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2020 Specialized Enduro Carbon Comp "Demo" Review

Updated: Mar 5, 2020

What it is: The base level build of Specialized's 2020 Enduro, available with 170mm of travel in 29er only.


I was looking to replace my Sentinel for various reasons I'll cover in another post, the new Enduro has had pretty rave reviews everywhere I've read, so I thought it a worthwhile experiment.

I had the choice between buying a frame only ($3350USD) or a comp build ($4500USD), where the frame only comes with a Fox X2 and carbon links and the comp build uses alloy links with a Super Deluxe Select+. I opted for the full build to have some extra parts laying around, but also because I didn't really care that much about carbon links and a lot of my components needed replaced anyway, which I figured I'd spread out over time.

I'll cover my thoughts on the bike itself in another more detailed post, but I wanted to offer some thoughts on the component spec as it works with the bike and it's purposes in this "Demo" review. I only rode the bike in stock form a few times, so this is a short lived, non-long term review of these components.

In short, the Comp build is Specialized's entry level build with base level components and is currently the cheapest build available.

Build Highlights:

In no particular order, the build highlights are below. The general summary is that I feel Specialized put money where they should when laying out this build: suspension, brakes, and tires, while keeping the drivetrain a bit more base level. I feel that too many of the entry builds try to balance out everything and in doing so, they sacrifice the most important components on the bike like suspension and brakes.

For example, they could have specced a GX drivetrain on this build, but would have needed to put a cheaper fork, shock, or brakes on. Instead, they went with NX, and put a better, upgradable fork and brakes on. Most riders won't notice the extra weight of the NX, but if the suspension components sucked, they definitely would feel that. It was a good decision and makes the bike easier to upgrade, but also means the most important components are higher end than those with more negligible benefits.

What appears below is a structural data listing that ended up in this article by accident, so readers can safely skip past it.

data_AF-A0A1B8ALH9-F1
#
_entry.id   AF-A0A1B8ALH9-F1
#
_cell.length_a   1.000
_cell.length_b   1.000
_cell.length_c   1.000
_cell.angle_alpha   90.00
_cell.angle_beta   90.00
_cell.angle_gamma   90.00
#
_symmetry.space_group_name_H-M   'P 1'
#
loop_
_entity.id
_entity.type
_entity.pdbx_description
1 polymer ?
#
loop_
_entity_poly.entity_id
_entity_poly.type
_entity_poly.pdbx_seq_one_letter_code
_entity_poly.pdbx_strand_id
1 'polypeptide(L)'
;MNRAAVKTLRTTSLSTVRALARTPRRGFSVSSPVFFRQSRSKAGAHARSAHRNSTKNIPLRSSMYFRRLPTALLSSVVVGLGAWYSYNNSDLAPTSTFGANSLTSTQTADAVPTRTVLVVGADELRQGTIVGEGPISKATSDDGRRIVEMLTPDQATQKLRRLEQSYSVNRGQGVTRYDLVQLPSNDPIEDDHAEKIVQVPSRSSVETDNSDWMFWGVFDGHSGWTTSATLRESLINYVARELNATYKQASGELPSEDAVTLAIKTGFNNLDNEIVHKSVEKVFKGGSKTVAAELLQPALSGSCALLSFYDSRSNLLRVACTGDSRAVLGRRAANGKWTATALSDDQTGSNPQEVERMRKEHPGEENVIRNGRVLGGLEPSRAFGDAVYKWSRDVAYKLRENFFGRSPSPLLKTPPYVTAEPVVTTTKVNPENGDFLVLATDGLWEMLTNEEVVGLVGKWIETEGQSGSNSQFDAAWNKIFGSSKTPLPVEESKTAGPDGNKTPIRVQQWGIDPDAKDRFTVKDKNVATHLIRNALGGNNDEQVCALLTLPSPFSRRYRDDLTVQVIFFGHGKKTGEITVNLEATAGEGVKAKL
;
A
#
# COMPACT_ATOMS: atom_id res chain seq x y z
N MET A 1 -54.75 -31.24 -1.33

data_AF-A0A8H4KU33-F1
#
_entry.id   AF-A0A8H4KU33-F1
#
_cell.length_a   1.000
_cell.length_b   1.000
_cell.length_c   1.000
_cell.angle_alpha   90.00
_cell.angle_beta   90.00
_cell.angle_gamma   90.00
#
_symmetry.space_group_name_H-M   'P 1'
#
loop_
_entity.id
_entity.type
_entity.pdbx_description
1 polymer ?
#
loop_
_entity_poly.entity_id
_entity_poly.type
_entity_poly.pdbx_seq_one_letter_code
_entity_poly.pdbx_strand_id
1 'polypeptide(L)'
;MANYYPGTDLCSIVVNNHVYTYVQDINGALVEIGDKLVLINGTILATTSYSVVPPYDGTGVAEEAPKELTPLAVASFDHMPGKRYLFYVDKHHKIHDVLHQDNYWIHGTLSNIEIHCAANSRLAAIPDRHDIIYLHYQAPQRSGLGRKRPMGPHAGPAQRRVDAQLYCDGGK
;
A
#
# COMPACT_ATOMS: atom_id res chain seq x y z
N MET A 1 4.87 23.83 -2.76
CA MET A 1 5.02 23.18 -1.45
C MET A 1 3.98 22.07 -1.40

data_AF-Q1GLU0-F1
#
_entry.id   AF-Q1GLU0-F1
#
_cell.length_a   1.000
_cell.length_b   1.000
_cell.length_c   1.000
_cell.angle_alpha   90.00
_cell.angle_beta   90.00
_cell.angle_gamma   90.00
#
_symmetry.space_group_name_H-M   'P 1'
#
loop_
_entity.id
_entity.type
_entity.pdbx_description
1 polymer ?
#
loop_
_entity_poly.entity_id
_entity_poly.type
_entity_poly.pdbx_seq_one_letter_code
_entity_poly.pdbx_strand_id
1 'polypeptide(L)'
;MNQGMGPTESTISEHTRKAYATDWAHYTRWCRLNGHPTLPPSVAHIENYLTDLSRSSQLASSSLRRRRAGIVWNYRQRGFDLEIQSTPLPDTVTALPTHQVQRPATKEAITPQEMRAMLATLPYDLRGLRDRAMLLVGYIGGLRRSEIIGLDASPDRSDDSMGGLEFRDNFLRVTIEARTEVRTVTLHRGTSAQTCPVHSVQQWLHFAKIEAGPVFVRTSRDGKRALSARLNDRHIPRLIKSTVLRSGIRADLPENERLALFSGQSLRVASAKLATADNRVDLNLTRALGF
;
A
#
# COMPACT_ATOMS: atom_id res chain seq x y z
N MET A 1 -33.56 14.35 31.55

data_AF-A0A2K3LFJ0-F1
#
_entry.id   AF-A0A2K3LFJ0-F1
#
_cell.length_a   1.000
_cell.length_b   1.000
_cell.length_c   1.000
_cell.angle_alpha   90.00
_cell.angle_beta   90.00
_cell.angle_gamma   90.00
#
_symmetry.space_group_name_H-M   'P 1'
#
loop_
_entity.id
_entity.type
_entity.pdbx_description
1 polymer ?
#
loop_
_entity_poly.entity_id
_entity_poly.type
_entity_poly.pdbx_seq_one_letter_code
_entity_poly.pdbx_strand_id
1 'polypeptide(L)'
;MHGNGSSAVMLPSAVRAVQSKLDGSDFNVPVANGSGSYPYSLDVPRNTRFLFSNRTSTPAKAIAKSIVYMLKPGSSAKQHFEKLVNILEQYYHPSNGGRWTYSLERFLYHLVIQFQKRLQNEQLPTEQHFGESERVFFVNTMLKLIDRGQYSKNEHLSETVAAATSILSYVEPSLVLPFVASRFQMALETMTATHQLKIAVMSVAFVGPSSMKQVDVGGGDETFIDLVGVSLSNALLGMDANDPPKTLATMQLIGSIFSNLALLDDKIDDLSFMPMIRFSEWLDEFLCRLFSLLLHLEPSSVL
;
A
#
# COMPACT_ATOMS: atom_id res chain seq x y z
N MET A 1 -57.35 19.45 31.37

Fork : The fork is a RockShox Lyrik Select, which comes with the newly revised RC damper. Unlike the other Charger dampers, the new RC damper uses a spring backed IFP (similar to Fox's GRIP) and is completely different. The damper offers rebound and LSC adjusters. The rest of the fork, such as the chassis and air spring, are all the same:

The fork surprised me. In the past, the RockShox RC dampers have been pretty harsh and overdamped, but that seems to have been resolved here. I think there are only about 6 or so clicks of compression, but I actually found myself dialing it in a bit more, whereas previous RC dampers, I kept it open.

The really nice thing about this choice is the chassis and air spring, which are the same as the higher end models, so you could upgrade to the RC2 damper or HC97 (this would require a full damper assembly also) and have a great fork down the line. I did notice a bit more friction than I was used to, but I didn't really ride it enough to let the bushings wear in or service it to ensure the bath oil quantity was correct (it never is). I expected to hate it, but I really had a hard time hating it for the price point, I probably would have kept it if it wasn't for my Mezzer.

Brakes : The brakes are Code R, which worked alright, but seemed to lack the power of the RSC models I've covered previously. The rotors are standard Centerline, with a 203 up front and 180 in the rear. They work alright, but I still prefer my Dominions. Once again, there is a thoughtful upgrade process here where you can swap the levers around and get full RSC brakes, which is really nice also.

Rear Shock : I've always had good luck with the Super Deluxe line of shocks, I had one on a Patrol Carbon for a while and really liked it. The shock is responsive, smooth, and damping seems on point (this is obv. based on the tune chosen), along with being easy to work on and well documented. The Select+ model here has a 2 position switch and rebound adjustments. I have a hard time faulting the shock at the price point, it feels really good. I actually think I'd prefer this to the DPX2 on the higher end build, but my experience with the DPX2 is a bit more limited.

It is worth commenting that the rebound adjuster, which is at the top of the shock, is a bit tedious to access the way it's positioned in the frame. It's a minor gripe, but a normal dial like those on other shocks would have been a bit easier to access.

Tires : I've never been a fan of the previous Butcher models, I found they washed out unexpectedly and I just never got along with it. The version that comes on this bike was recently revised: the tread was changed, the casing was thickened, and the compound changed. Whatever happened here worked really well, because I was very surprised how much I liked this tire.